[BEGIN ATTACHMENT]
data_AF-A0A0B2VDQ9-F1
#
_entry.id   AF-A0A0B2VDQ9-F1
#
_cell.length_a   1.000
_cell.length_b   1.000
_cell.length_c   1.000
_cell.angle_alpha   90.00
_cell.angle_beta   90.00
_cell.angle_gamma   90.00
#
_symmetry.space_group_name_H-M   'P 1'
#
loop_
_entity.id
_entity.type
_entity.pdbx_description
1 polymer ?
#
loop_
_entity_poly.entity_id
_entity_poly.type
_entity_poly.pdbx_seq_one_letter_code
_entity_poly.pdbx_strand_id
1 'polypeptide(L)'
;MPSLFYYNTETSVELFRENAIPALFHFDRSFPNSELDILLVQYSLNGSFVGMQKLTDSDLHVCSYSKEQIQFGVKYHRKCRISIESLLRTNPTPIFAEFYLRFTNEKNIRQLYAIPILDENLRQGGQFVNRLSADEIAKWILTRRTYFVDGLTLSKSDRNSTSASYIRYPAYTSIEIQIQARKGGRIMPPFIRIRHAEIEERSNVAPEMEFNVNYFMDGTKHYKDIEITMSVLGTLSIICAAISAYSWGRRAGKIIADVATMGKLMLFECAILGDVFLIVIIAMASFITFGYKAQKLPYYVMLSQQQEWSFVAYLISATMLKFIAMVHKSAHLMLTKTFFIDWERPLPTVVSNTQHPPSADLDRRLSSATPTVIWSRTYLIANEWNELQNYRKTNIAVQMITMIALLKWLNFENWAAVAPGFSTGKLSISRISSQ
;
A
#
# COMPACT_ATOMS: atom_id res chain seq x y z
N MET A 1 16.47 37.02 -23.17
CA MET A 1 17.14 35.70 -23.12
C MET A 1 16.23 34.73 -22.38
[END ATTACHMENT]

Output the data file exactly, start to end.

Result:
data_AF-A0A0B2VDQ9-F1
#
_entry.id   AF-A0A0B2VDQ9-F1
#
_cell.length_a   1.000
_cell.length_b   1.000
_cell.length_c   1.000
_cell.angle_alpha   90.00
_cell.angle_beta   90.00
_cell.angle_gamma   90.00
#
_symmetry.space_group_name_H-M   'P 1'
#
loop_
_entity.id
_entity.type
_entity.pdbx_description
1 polymer ?
#
loop_
_entity_poly.entity_id
_entity_poly.type
_entity_poly.pdbx_seq_one_letter_code
_entity_poly.pdbx_strand_id
1 'polypeptide(L)'
;MPSLFYYNTETSVELFRENAIPALFHFDRSFPNSELDILLVQYSLNGSFVGMQKLTDSDLHVCSYSKEQIQFGVKYHRKCRISIESLLRTNPTPIFAEFYLRFTNEKNIRQLYAIPILDENLRQGGQFVNRLSADEIAKWILTRRTYFVDGLTLSKSDRNSTSASYIRYPAYTSIEIQIQARKGGRIMPPFIRIRHAEIEERSNVAPEMEFNVNYFMDGTKHYKDIEITMSVLGTLSIICAAISAYSWGRRAGKIIADVATMGKLMLFECAILGDVFLIVIIAMASFITFGYKAQKLPYYVMLSQQQEWSFVAYLISATMLKFIAMVHKSAHLMLTKTFFIDWERPLPTVVSNTQHPPSADLDRRLSSATPTVIWSRTYLIANEWNELQNYRKTNIAVQMITMIALLKWLNFENWAAVAPGFSTGKLSISRISSQ
;
A
#
# COMPACT_ATOMS: atom_id res chain seq x y z
N MET A 1 16.47 37.02 -23.17
CA MET A 1 17.14 35.70 -23.12
C MET A 1 16.23 34.73 -22.38